No Person shall be a Senator who shall not have attained to the Age of thirty Years, and been nine Years a Citizen of the United States, and who shall not, when elected, be an Inhabitant of that State for which he shall be chosen. [U.S. Constitution, Article I, section 3, clause 3]
Delegates to the 1787 Constitutional Convention established requirements that individuals had to meet in order to become a member of the House and Senate. Influenced by British and state precedents, they set age, citizenship, and inhabitancy qualifications for senators but voted against proposed religion and property requirements.
Age: James Madison's Virginia Plan called for a minimum age requirement for service in both the House and Senate but left it to the delegates to define that requirement. The framers were familiar with England's requirement that members of Parliament be 21 or older, and they lived in states that had higher age requirements to serve in their upper chambers.
The delegates voted on June 12 to set a minimum age of 30 for the Senate and later added a minimum age of 25 for serving in the House. They maintained that members of the Senate ought to be older and more experienced and, perhaps, wiser. In The Federalist, No. 62, Madison justified the higher age requirement for senators. By its deliberative nature, he contended, the "senatorial trust" called for a "greater extent of information and stability of character" than would be needed in the more democratic House of Representatives.
Citizenship: Under English law, no person "born out of the kingdoms of England, Scotland, or Ireland" could be a member of either house of Parliament. While some delegates may have admired the strictness of this policy, none advocated a blanket ban on foreign-born legislators. Instead, they debated the length of time members of Congress should be citizens before taking office. The residency qualifications of the various states offered some guidelines. In New Hampshire, for example, state senators needed to be residents for at least seven years prior to election. In other states, upper house members fulfilled a five, three, or one-year residency requirement, while state representatives completed a residency period of one to three years.
The Virginia Plan made no mention of citizenship when Edmund Randolph introduced it to the convention in May. Two months later, when the Committee of Detail reported a draft of the Constitution, it included a four-year citizenship requirement for senators, one more than the proposed requirement for House members.
On August 8 the convention agreed to raise the House requirement to 7 years. The next day, Gouverneur Morris of Pennsylvania moved that the Senate's requirement be twice as long, 14 years. Charles Pinckney of South Carolina agreed with the longer requirement, arguing that "as the Senate is to have the power of making treaties & managing our foreign affairs, there is peculiar danger and impropriety in opening its door to those who have foreign attachments." Pierce Butler of South Carolina, himself born abroad, believed that naturalized citizens would need sufficient time to learn and appreciate American laws and customs before they could serve in government. James Wilson of Pennsylvania, another foreign-born delegate, argued that lengthy citizenship requirements "discouraged and mortified" everyone they excluded. He agreed with fellow Pennsylvanian Benjamin Franklin that a strict policy would hinder positive immigration and offend those Europeans who had supported the Revolutionary War.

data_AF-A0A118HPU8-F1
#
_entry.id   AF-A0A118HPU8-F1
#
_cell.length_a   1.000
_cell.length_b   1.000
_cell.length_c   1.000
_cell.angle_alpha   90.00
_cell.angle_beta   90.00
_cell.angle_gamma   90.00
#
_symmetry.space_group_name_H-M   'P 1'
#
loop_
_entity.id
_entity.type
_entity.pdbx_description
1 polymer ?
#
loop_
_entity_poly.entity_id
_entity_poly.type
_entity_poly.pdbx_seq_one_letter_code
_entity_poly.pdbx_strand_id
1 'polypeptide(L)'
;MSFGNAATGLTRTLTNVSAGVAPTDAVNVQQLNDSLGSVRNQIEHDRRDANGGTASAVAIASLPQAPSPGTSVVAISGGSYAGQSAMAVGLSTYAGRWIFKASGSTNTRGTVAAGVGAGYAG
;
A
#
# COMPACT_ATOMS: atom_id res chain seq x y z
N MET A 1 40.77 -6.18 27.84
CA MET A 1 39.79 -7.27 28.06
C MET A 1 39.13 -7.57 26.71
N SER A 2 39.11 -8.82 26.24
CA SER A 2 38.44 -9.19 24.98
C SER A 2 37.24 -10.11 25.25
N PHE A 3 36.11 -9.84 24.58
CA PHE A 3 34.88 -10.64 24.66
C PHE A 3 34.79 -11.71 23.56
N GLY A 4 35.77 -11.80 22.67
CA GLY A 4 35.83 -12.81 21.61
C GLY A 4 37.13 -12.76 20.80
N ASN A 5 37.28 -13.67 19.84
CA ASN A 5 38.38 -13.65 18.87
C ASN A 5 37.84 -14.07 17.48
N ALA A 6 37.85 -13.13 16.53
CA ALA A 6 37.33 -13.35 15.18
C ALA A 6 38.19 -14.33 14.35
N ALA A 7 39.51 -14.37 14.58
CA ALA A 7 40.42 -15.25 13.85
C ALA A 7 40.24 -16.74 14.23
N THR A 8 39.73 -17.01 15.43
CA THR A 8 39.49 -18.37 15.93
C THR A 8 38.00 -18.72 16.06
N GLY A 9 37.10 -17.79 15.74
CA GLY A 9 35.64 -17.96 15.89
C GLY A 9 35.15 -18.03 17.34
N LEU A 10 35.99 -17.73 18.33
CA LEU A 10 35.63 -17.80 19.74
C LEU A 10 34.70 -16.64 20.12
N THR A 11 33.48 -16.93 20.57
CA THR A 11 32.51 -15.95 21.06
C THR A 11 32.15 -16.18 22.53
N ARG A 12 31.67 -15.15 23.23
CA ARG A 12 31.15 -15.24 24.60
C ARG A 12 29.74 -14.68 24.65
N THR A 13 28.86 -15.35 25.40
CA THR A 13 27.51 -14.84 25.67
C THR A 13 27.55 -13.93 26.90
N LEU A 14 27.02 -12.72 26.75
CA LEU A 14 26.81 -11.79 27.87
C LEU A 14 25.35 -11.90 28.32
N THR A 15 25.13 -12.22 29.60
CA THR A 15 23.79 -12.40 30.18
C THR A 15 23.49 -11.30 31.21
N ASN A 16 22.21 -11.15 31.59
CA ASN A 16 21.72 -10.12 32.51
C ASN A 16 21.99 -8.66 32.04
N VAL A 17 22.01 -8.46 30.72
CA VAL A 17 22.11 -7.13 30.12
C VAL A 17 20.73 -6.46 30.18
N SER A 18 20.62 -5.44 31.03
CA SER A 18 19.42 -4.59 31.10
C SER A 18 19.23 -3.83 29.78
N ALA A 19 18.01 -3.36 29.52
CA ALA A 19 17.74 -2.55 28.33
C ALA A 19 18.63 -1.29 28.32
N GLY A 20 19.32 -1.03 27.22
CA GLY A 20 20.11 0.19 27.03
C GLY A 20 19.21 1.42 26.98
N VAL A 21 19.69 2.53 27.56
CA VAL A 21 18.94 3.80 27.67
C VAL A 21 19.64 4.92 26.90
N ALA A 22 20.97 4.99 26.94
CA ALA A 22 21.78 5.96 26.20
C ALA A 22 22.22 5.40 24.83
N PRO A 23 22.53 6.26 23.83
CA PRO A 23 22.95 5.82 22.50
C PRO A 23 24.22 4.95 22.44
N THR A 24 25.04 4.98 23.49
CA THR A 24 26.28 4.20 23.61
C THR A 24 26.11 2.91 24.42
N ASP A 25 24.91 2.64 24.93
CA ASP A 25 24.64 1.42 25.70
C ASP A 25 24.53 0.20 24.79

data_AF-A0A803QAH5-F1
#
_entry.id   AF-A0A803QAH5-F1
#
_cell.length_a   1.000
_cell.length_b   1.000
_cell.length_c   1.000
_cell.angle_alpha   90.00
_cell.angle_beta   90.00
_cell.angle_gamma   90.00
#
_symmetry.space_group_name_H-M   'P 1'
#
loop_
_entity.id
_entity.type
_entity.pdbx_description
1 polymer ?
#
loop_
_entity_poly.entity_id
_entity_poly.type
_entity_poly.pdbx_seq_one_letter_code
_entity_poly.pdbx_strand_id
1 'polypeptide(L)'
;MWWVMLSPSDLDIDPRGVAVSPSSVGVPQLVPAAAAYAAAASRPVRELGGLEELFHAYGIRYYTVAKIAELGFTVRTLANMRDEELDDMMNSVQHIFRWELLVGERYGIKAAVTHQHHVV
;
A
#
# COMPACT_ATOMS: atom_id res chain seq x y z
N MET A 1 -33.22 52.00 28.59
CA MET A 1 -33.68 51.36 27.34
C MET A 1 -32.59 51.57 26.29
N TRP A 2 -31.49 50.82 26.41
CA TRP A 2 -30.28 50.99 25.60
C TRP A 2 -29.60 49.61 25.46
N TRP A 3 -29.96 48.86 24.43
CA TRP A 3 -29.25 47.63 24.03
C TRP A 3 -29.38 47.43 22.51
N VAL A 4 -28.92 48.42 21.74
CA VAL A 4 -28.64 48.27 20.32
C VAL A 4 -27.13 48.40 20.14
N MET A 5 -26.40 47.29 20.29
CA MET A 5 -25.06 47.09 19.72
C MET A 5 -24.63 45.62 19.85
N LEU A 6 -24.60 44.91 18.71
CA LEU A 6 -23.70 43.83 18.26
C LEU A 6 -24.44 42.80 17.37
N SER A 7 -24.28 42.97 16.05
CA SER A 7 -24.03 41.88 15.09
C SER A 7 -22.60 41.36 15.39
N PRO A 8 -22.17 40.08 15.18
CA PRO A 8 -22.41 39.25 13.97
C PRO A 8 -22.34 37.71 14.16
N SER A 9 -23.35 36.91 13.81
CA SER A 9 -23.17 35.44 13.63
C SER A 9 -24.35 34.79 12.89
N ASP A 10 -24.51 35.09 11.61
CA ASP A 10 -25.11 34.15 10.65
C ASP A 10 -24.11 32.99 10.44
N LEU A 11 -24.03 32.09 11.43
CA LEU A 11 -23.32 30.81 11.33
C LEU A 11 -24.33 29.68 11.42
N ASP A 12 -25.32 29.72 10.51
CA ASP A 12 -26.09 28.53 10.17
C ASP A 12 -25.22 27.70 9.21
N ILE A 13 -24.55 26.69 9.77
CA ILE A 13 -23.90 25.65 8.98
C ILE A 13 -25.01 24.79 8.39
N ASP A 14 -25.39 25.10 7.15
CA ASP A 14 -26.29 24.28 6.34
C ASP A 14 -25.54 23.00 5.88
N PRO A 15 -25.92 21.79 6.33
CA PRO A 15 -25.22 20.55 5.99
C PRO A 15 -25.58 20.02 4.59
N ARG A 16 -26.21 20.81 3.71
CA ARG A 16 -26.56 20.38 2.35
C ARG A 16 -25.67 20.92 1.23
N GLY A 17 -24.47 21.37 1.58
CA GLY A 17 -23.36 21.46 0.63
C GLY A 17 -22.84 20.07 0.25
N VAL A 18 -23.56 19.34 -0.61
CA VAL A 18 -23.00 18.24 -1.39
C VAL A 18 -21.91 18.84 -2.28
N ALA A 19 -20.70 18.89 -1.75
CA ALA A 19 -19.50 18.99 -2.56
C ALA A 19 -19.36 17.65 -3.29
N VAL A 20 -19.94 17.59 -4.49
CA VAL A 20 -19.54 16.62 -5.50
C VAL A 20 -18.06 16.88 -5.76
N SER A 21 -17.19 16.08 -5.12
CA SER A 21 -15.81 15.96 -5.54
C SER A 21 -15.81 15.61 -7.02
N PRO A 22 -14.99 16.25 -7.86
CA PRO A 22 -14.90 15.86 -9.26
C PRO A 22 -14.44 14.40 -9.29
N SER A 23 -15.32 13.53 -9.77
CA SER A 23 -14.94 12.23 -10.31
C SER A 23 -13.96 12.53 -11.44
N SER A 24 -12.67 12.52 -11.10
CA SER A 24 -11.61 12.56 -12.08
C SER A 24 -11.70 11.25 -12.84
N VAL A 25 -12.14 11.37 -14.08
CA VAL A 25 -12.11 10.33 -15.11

Later that day, delegates voted against citizenship requirements of 14, 13, and 10 years before passing the nine-year provision, making the Senate requirement only two years longer than that for the House of Representatives. On August 13, Wilson moved to reduce the Senate qualification by two years, but delegates rejected his motion and confirmed the nine-year requirement by an 8 to 3 vote.
In Federalist, No. 62, James Madison defended the nine-year citizenship qualification as a compromise "between a total exclusion of adopted citizens" and an "indiscriminate and hasty admission of them."
Inhabitancy: Although England repealed Parliament's residency law in 1774, no delegates spoke against a residency requirement for members of Congress. The qualification first came under consideration on August 6, when the Committee of Detail reported its draft of the Constitution. Article 5, section 3 of that draft stated, "Every member of the Senate shall be . . . at the time of his election, a resident of the state from which he shall be chosen."
On August 8 Connecticut's Roger Sherman moved to strike the word "resident" from the language dealing with requirements for members of the House and insert in its place "inhabitant," a term he considered to be "less liable to misconstruction." Madison seconded the motion, noting that "resident" might exclude people occasionally absent on public or private business. Delegates agreed to the term "inhabitant" and voted against adding a time period to the requirement. The following day, they amended the Senate qualification to include the word "inhabitant" prior to passing the clause by unanimous consent.